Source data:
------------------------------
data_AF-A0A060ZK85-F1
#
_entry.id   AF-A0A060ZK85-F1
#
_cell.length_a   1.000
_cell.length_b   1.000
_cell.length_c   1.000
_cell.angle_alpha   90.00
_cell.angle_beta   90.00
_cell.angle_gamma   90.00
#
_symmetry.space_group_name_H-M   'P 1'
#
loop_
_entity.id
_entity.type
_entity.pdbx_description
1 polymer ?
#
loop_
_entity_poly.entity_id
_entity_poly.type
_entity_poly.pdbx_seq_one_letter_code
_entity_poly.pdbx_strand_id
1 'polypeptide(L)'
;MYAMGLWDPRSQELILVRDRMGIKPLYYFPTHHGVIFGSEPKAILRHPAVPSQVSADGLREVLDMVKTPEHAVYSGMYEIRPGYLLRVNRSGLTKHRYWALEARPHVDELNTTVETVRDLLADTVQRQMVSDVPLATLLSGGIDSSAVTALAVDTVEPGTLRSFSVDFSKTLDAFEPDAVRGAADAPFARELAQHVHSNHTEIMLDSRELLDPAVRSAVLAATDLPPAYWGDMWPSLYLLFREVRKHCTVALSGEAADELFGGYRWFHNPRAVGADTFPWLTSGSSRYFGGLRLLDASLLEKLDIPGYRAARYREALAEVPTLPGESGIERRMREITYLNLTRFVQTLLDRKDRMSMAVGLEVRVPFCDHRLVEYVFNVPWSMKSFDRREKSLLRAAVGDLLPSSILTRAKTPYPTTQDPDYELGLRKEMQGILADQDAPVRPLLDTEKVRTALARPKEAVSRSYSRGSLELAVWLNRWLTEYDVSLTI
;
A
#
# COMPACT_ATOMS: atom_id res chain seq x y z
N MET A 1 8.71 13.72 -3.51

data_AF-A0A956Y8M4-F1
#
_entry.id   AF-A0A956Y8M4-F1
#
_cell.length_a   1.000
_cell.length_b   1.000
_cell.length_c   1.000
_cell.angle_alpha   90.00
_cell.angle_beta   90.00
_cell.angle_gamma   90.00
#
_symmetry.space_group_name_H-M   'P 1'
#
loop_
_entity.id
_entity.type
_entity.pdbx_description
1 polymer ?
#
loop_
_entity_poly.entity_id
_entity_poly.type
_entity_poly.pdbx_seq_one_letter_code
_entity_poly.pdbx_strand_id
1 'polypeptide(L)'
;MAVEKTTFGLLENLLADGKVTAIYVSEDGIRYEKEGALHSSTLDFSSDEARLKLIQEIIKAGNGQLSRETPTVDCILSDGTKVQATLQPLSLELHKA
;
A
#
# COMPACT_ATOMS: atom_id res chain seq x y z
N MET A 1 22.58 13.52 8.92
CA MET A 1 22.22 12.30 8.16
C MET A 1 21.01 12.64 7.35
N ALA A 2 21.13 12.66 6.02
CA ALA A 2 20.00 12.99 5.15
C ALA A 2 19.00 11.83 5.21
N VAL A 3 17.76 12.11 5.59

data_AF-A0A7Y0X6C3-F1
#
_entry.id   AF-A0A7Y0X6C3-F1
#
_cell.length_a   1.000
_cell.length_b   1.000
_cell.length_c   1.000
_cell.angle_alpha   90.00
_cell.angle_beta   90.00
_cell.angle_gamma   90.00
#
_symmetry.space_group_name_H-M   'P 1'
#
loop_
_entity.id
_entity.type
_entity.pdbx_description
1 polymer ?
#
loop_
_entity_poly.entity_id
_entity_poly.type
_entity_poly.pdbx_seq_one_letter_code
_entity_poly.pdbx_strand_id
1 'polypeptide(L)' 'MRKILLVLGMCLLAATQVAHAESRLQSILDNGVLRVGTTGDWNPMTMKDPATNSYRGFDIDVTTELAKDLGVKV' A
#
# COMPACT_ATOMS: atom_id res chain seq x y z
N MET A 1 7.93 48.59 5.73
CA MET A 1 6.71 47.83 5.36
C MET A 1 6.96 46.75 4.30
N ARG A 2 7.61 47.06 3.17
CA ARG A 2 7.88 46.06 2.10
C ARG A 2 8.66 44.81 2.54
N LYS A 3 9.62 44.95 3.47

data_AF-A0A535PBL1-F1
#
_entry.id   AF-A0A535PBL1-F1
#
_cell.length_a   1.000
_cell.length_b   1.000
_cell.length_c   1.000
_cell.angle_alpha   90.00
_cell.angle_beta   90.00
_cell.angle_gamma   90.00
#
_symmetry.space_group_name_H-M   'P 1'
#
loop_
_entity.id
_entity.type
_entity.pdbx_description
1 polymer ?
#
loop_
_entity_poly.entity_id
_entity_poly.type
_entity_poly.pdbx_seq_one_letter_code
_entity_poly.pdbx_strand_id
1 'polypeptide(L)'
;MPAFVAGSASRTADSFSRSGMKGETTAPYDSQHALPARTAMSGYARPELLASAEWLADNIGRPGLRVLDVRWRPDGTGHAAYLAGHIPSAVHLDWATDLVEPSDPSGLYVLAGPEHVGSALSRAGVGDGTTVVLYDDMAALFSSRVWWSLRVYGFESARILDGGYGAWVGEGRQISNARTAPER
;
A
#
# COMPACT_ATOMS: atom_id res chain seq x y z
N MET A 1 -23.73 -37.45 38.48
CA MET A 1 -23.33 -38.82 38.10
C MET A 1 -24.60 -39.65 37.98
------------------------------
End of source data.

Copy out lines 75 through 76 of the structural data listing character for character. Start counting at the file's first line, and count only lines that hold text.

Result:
_cell.length_c   1.000
_cell.angle_alpha   90.00